Research Group Neuro-oncologic Imaging

Neuro-oncologic Imaging

Alexander Radbruch MD, JD

Glioblastoma right temporal at 7 Tesla. The typical ring-enhancement displays on contrast enhanced T1-weighted images. In contrast Time-of-Flight angiography (B) and the susceptibility weighted images (C) visualize the tumor vasculature and enable the direct assessment of different therapies on tumor vascularization.

The research group Neuro-oncologic Imaging (E012) is based on a joint-venture of the Department of Radiology of the DKFZ and the Department of Neuroradiology of the University Hospital Heidelberg. The research focuses mainly on the application of new MRI sequences in patients with neuro-oncologic diseases using PET-MR, 3 and 7 Tesla MRI. The research group has a strong emphasis on translational research and regards itself as a connecting link between MRI physics, computer science and clinical application.
The goal of our work is to improve the characterization of tumor-growth and tumor-responses to different therapies in order to establish response criteria for daily clinical decision making.
This is not only of major importance for individual treatment decisions but also for the correct assessment of clinical studies that increasingly rely on the correct assessment of imaging parameters.
Our research group uses the complete spectrum of MRI technology such as Diffusion-, Perfusion-, Susceptibility-weighted- MRI, spectroscopy and Chemical Exchange Saturation Transfer MRI. This multi-modal approach is combined with advanced post-processing methods and consequently used on clinical questions.

An example of an unsolved clinical problem that is studied intensively in our group is the reliable identification of T2-progress in patients with high grade glioma. T2-progress is an invasive type of progress that is accompanied by increasing T2-signal but not necessarily with a disruption of the blood brain barrier, which impedes visualization on contrast enhanced T1-weighted images. However, a T2-signal increase may also be caused by post-radiation effects or inflammatory effects. The reliable differentiation between T2-progress and other possible causes cannot be achieved with current MRI methods. Therefore the clinical dilemma of the decision between a delayed therapy change in case of an ignored T2-progress and a premature termination of a sufficient therapy due to a falsely diagnosed T2-progress remains unsolved.  Our research is dedicated to solve these urgent clinical questions.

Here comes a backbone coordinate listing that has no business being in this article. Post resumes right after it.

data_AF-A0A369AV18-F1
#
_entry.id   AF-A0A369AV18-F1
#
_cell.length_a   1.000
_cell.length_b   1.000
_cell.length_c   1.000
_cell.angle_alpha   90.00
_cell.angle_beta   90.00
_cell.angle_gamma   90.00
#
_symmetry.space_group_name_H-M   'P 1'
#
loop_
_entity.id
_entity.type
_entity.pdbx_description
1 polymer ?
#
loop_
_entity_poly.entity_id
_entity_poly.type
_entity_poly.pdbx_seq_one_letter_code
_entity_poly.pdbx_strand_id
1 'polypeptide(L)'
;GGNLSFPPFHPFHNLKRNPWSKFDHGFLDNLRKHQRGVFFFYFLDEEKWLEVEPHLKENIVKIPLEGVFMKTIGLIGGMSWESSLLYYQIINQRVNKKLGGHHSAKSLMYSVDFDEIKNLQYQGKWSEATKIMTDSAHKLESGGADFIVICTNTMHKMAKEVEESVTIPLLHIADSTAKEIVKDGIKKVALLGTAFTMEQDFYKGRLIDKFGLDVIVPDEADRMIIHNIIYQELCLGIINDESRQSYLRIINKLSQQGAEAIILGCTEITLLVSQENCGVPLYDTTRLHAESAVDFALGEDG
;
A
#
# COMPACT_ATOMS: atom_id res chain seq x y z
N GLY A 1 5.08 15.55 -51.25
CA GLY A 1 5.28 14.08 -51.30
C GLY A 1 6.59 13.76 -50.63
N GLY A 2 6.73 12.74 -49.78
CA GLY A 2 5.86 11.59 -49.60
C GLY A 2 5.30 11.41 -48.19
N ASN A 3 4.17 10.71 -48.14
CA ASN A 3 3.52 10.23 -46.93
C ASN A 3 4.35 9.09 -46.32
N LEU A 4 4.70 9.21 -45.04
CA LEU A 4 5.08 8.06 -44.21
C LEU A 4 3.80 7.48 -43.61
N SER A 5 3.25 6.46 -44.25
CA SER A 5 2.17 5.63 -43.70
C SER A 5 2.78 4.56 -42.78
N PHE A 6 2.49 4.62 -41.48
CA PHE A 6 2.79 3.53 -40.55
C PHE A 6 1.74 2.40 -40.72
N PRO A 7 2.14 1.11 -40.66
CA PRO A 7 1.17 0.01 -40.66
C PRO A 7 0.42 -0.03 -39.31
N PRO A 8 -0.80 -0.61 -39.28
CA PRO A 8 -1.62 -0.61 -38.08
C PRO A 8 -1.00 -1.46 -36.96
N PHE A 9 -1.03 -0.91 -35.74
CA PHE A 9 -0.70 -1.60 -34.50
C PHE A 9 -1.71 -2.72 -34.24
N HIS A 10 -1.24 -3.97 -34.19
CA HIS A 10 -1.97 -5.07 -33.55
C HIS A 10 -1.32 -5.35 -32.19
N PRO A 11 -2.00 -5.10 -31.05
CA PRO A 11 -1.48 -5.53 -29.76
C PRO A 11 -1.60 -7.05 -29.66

Dr. med. Assessor juris Alexander Radbruch
Neuroonkologische Bildgebung (E012)

Universitätsklinik Heidelberg
Abteilung Neuroradiologie
Im Neuenheimer Feld 400
69120 Heidelberg

Tel.: +49 6221 56 7566


Selected Publications

  • Radbruch, A., Lutz, K., Wiestler, B., Bäumer, P., Heiland, S., Wick, W., Bendszus, M. (2012). Relevance of T2 signal changes in the assessment of progression of glioblastoma according to the Response Assessment in Neurooncology criteria. Neuro-oncology 14, 222-229
  • Radbruch, A., Graf,  M., Floca,  R., Kramp, L., Wiestler, B., Bäumer, P., Stieltjes, B.,  Heiland, S., Schlemmer, H.P., Bendszus, M. (2012). Differentiation of Brain Metastases by Percentagewise Quantification of Intratumoral-Susceptibility-Signals at 3 Tesla. Eur J Radiol., 81, 4064-4068
  • Radbruch, A., Wiestler, B., Kramp, L., Lutz, K., Bäumer, P., Weiler, M., Roethke, M., Sahm, F., Schlemmer, H.P., Wick, W., Heiland, H., Bendszus, M.(2013). Differentiation of Glioblastoma and Primary CNS Lymphomas Using Susceptibility Weighted Imaging,  Eur J Radiol. 82, 552-556
  • Deistung, A., Schweser, F., Wiestler, B., Abello, M., Roethke, M., sahm, F., Wick, W., Nagel, A.M., Heiland, S., Schlemmer, H.P., Bendszus, M., Reichenbach, J.R., Radbruch, A. (2013). Quantitative Susceptibility Mapping Differentiates between Blood Depositions and Calcifications in Patients with Glioblastoma. PLoS One.,8(3): e57924.

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